In 2006, the Cowboys players and then-head coach Bill Parcells could be seen wearing shirts that read "All in," to signify their level of commitment. More than eight years later, it appears the phrase is back in vogue...
As Helman (aka "Tiny Jim") notes, the players in the locker room have started to sound an awful lot like their head coach - and winning has only served to increase this correspondence. An example occurred on Wednesday, when Orlando Scandrick was asked about the importance of finishing the season strong:
"We’re not even at the finish line now, we’re still just a little bit past the halfway point," he said. "We’ve got a big opportunity Sunday night to go down to a division opponent and win a game."
As this suggests, Scandrick has bought into Garrett's message:
"I believe it, man. All the best teams that I’ve been on, we’ve bought in," he said. "When I was at Boise State, I bought into our formulas up there, and we won a hell of a lot of games up there. You’ve got to do this together – this is such a team sport, and it really takes everybody."
There has been a lot of chatter about how Romo will negotiate the quick turnaround between the Giants and Eagles games. Number Nine's having none of it; he's operating according to a "one game at a time" mindset:
"It’s really about this week and getting ready for the Giants," Romo said. "Once that game is over, I’ll set up a different plan and talk to trainers and coaches, and we’ll go from there. But this week it’s not about thinking about next week at all. You’ve got to get yourself ready to play in this one game and against the Giants. This is a very important game, a big game for us."
In a piece ostensibly about the entire defense, the focus is on Rolando McClain and Tyrone Crawford, both of whom used the bye to get rested and ready for the stretch run:
"I feel rested," said Rolando McClain, who missed the game in London due to several nagging injuries. "I don’t think you ever get to 100 percent in a football season, but the rest is well needed for everybody. More guys had their legs today in practice."
Through the first 11 weeks of the season, Archer notes, teams coming off the bye have posted a 10-16 record. Four current division leaders - the Cincinnati Bengals, Philadelphia Eagles, Indianapolis Colts and Arizona Cardinals - not only lost after their byes, but lost by an average of 18.2 points. Archer concludes, "What the bye week offers up in rest it might take away in game readiness." He shared these chilling stats with Barry Church, who responded:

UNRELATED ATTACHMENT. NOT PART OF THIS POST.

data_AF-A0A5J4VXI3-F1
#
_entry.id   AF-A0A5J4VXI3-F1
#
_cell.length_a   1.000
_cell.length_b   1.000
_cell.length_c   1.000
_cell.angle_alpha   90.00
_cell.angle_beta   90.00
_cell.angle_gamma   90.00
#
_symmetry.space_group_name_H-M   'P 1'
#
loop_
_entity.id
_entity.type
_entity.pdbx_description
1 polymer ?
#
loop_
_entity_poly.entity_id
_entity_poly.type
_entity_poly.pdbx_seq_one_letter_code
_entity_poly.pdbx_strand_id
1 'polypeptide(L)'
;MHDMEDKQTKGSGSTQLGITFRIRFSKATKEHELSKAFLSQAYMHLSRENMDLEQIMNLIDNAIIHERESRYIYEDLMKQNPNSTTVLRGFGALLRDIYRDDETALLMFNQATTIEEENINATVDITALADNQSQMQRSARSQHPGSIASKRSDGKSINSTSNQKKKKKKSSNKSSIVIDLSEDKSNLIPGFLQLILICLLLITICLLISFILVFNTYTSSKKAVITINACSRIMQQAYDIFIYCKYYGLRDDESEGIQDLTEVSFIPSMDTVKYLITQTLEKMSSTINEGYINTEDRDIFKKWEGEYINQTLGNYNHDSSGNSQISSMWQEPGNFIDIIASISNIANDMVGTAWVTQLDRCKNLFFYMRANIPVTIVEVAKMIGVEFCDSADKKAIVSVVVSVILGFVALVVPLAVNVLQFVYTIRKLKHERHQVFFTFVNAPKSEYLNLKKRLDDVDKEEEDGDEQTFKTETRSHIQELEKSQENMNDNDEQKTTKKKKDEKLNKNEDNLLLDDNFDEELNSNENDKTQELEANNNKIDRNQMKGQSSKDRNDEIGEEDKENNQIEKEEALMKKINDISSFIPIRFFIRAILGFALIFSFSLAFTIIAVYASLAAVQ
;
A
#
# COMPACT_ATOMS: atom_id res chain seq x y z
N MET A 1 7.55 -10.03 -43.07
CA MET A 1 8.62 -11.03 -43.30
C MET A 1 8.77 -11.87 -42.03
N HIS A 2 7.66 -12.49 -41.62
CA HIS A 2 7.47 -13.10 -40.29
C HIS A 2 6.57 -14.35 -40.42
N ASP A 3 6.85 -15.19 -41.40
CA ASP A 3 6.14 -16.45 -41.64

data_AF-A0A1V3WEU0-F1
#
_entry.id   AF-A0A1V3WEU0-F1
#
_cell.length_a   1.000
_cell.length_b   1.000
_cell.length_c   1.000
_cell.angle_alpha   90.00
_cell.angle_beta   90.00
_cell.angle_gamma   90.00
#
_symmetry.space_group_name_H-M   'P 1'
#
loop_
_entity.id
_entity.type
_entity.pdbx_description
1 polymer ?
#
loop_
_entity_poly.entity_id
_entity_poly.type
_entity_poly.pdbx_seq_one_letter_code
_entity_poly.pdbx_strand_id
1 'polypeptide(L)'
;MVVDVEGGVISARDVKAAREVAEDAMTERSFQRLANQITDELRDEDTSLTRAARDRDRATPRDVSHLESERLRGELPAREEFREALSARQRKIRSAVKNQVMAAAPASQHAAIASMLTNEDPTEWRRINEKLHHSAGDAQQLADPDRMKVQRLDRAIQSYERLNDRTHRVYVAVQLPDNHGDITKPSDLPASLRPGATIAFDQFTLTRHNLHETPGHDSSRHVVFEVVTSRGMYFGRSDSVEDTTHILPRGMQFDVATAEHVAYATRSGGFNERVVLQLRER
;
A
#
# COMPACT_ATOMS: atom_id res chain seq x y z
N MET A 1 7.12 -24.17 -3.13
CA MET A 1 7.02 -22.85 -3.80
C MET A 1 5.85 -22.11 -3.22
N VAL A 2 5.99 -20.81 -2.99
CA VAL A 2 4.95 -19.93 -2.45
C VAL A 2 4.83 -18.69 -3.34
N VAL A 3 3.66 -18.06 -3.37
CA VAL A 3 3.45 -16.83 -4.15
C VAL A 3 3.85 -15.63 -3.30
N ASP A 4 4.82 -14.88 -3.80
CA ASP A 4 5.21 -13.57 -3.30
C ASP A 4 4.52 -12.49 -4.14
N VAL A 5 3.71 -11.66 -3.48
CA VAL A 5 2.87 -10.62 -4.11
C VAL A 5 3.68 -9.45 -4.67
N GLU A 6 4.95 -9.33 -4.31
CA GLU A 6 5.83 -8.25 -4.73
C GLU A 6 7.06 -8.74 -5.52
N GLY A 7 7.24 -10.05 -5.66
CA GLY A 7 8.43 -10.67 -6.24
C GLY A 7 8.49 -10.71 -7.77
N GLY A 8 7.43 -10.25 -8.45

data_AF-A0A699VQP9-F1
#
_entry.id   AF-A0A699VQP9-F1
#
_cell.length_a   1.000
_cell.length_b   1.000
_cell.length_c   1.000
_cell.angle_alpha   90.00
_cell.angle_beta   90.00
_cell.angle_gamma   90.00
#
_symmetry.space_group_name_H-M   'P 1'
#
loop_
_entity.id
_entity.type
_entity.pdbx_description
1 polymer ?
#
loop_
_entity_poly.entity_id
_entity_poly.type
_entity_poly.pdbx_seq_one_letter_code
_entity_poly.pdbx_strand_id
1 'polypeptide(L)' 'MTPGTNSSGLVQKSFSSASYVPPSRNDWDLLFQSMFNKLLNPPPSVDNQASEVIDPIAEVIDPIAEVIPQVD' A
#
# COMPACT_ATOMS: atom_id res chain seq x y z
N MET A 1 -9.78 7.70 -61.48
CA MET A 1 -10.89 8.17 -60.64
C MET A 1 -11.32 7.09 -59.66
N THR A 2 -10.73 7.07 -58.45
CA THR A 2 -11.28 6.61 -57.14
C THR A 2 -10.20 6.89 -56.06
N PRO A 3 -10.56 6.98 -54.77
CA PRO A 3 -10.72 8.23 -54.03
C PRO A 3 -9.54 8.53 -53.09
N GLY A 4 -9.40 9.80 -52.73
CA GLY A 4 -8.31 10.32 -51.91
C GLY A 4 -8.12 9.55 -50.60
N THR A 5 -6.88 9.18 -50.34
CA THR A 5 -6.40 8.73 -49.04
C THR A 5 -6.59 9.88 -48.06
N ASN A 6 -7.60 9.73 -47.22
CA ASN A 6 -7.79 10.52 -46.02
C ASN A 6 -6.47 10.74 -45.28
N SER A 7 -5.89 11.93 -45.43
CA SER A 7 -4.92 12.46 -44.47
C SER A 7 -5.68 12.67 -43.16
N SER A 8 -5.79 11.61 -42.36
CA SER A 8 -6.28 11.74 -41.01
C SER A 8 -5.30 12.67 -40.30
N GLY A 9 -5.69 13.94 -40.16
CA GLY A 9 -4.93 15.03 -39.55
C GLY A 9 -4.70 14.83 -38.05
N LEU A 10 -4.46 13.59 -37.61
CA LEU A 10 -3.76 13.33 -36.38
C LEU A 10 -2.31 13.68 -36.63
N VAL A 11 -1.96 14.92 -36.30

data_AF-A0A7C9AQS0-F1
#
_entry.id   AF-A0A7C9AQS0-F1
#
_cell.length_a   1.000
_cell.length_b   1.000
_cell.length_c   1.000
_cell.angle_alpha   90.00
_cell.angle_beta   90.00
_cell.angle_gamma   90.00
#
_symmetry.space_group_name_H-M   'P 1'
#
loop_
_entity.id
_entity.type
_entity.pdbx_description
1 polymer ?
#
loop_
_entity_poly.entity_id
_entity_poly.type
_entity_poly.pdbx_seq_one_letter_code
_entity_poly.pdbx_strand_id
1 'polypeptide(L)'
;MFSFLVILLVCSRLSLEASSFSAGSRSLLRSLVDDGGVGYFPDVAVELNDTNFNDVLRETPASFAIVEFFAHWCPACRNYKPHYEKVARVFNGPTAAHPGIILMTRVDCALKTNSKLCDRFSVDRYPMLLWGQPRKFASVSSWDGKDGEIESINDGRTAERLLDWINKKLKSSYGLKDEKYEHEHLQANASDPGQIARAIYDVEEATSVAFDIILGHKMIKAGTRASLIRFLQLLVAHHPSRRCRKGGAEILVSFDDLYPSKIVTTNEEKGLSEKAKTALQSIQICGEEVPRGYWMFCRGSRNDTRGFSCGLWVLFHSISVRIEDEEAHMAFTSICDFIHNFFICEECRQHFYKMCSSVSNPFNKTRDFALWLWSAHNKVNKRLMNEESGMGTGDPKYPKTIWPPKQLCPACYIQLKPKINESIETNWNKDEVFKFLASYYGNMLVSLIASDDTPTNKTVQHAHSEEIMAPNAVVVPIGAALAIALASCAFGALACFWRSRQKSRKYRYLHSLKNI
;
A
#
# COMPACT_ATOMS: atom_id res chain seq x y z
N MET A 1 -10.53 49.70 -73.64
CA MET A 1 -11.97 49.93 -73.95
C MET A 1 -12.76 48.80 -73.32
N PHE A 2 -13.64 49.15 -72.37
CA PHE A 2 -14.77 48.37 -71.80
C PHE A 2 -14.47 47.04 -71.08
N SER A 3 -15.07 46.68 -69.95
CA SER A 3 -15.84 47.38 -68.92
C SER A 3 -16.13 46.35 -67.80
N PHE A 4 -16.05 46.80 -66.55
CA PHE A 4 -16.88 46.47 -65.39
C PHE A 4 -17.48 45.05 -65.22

"Just judging on how my body feels after the bye week, I feel like I can go out and play full speed," Church said. "But for teams to pretty much just lose after the bye week is pretty shocking. I can also see how it happens. They get kind of lazy or they get stuck in their ways and don't progress. They stay the same.
A lazy Cowboys team falls to 7-4..
In a must-read look at the Cowboys offense through ten games, The Sturminator makes a very strong case for a couple of key offensive developments. The first is the running game:
Everyone will have their story, but if you want to know what the Cowboys have done this year that has put them in a spot to win the NFC East in the 3rd week in November – despite almost nobody thinking they could 3 months ago – it has to be the ability for this team to run you into the ground. They have moved to 2nd in the league, behind only Seattle, in rushing yards and with Russell Wilson averaging almost 60 yards on the ground a game, you can see how the Cowboys have the traditional run domination category to themselves. Ground and pound with no misdirection or sleight of hand.
The second is the emergence - at long last - of 12 personnel
I think both of the above charts demonstrate that again, the Cowboys may have finally figured out "12″ personnel. We can be cynical about how many years they have been trying this and how many picks they have spent to make it happen, but the proof is now arriving each week that Jason Witten plus James Hanna and Gavin Escobar is crossing defenses into unfavorable situations.
Out of two tight end sets in 2014, the Cowboys have run 147 plays for 908 yards, a neat 6.1 yards per play.
The Broad One dispenses up his weekly look ahead at three of the upcoming opponent's key players. This time around, the first game this season the Cowboys face a team a second time, he selects WR Odell Beckham, Jr. (weapon), TE Larry Donnell (nemesis) and DE Robert Ayers (under-the-radar). Here's his take on Donnell: